The backstory: Lenovo bought the Motorola Mobility handset business from Google in 2014.

The Journal story reminds us the Razr V3 flip phone was first released in 2004, but its market success was rapidly snuffed out by the introduction of the Apple iPhone.

Samsung is also reported to be working on a foldable smartphone.

I had a Razr back in the day, and it was a cool device for its time…then again, so was the late 1990s Motorola StarTAC. Eventually, I dropped mine in a river down in Gruene, Texas, and I don’t think any amount of white race ever brought it back to life.

And on the subject of iPhones and apps, App Annie’s 2019 State of Mobile report is out, and coverage via ZDNet has a few headlines.

First, App Annie expects consumers to spend $120 billion on app stores in 2019, a spending clip that is “5X the growth rate of the global economy.”

Next, global app downloads topped 194 billion in 2018. up 35 percent from 2016 — and it was emerging markets that led the growth. And lest you think everyone is playing Fortnite all day and all night, about 65 percent of total global downloads are non-game apps.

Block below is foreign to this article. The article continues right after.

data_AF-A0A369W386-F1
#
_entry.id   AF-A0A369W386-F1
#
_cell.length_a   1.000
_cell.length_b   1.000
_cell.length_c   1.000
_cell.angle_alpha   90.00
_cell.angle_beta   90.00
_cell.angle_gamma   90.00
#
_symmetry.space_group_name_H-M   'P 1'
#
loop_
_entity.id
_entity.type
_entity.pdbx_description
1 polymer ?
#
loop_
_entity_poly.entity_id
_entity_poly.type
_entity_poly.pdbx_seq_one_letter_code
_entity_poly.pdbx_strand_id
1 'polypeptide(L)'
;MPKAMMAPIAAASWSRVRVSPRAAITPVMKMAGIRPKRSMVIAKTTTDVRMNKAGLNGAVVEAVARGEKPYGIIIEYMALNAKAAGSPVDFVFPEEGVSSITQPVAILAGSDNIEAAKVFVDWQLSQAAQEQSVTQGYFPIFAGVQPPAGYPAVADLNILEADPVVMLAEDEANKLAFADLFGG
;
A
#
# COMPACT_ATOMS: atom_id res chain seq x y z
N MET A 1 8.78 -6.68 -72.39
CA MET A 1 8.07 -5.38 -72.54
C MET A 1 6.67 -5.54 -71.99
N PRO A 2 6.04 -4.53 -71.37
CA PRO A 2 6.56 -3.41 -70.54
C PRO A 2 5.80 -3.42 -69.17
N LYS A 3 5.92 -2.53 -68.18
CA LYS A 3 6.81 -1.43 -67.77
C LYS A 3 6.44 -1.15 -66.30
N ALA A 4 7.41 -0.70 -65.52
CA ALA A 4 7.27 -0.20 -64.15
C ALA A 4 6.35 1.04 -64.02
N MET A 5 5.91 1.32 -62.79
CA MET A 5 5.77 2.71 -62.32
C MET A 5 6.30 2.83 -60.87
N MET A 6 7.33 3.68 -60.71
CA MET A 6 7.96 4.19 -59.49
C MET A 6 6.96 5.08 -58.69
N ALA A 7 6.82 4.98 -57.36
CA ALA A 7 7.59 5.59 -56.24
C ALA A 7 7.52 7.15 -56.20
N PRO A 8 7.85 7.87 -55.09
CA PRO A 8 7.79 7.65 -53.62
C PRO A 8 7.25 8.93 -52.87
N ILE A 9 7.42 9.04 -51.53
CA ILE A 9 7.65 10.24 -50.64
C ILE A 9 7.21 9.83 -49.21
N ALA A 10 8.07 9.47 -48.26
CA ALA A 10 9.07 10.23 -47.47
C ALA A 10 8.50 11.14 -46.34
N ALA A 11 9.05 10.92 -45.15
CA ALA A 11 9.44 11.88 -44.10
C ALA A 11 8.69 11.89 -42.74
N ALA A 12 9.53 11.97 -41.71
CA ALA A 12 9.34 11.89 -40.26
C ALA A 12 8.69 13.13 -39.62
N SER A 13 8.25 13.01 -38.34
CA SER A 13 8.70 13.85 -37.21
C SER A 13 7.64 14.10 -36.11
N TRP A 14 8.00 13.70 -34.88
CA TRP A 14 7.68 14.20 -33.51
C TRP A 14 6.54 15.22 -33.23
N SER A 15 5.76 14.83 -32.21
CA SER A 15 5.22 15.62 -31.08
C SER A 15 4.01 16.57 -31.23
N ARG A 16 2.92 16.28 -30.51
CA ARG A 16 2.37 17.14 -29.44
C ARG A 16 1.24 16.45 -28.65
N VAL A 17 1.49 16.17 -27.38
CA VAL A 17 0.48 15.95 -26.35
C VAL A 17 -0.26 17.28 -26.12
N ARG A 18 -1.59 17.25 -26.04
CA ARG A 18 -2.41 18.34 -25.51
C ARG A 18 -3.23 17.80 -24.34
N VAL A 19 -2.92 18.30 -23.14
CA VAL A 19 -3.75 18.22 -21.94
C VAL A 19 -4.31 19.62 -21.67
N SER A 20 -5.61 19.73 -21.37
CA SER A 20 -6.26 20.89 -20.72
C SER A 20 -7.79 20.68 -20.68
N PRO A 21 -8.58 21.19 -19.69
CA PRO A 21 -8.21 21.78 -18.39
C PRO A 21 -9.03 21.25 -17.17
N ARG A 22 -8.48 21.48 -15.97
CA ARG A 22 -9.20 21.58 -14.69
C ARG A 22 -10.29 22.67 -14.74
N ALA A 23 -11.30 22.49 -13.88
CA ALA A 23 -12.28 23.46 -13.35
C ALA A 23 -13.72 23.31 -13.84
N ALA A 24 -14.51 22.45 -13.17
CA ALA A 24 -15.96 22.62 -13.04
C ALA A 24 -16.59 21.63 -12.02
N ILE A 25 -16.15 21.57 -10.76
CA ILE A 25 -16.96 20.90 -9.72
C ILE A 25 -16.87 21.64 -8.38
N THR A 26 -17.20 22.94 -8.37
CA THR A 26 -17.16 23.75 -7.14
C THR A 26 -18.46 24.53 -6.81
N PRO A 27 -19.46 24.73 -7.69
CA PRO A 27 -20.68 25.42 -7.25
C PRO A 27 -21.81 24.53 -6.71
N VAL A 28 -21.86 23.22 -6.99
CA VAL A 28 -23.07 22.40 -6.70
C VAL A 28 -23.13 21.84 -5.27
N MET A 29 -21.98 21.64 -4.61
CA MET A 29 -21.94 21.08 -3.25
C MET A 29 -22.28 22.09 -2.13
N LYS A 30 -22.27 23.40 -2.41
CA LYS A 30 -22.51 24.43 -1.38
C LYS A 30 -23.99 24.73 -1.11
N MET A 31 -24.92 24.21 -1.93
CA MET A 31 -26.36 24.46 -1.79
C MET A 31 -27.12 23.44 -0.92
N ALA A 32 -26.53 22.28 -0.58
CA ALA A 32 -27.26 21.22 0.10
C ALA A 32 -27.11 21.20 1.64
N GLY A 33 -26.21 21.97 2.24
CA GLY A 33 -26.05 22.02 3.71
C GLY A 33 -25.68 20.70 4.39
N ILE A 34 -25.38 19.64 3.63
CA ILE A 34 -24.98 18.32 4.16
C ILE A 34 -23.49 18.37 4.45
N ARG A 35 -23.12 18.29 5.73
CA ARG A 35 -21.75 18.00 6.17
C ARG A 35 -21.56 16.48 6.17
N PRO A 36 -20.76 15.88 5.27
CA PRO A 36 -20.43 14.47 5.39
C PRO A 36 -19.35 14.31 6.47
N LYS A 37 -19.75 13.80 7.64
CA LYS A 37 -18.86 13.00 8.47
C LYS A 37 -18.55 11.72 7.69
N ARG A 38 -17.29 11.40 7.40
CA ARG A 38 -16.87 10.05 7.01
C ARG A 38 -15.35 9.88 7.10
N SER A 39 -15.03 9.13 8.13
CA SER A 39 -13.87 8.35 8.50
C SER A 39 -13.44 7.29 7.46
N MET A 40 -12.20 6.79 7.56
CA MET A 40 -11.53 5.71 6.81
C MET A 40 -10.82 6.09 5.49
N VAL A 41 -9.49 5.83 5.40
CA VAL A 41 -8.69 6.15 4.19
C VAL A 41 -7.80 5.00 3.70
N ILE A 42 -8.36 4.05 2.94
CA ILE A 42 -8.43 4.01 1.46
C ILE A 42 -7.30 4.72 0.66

Social and communications apps account for 50 percent of time spent in apps, a number that grew 45 percent from 2016 to 2018.

And for those concerned about mobile commerce, global time spent in shopping apps was up 60 percent last year, reaching some 18 billion hours.

18 billion hours…shopping in mobile apps…last year…

Put that in your virtual shopping cart and let that just sit there until…well, until you get your new Motorola Razr (or, you could find an original for as little as $17.99 U.S. on eBay!)

Written by turbotodd

January 16, 2019 at 3:43 pm

Posted in 2019, smartphone

Tagged with ,

Bigger, Better, Badder Pixels

leave a comment »

Well, uh, that was awkward. 

Just a day after Google had to come clean about its Google+ privacy debacle (and announced the imminent demise of G+ for consumers once and for all), Google announced some new members of its hardware family.

I’m an iPhone guy, but I did purchase a Google Pixelbook chromebook earlier this year that I’ve been very happy with, so at minimum I wanted to pass along the speeds and feeds from yesterday’s Google Pixel 3/XL Android smartphone announcements.

The Verge has this tight breakdown: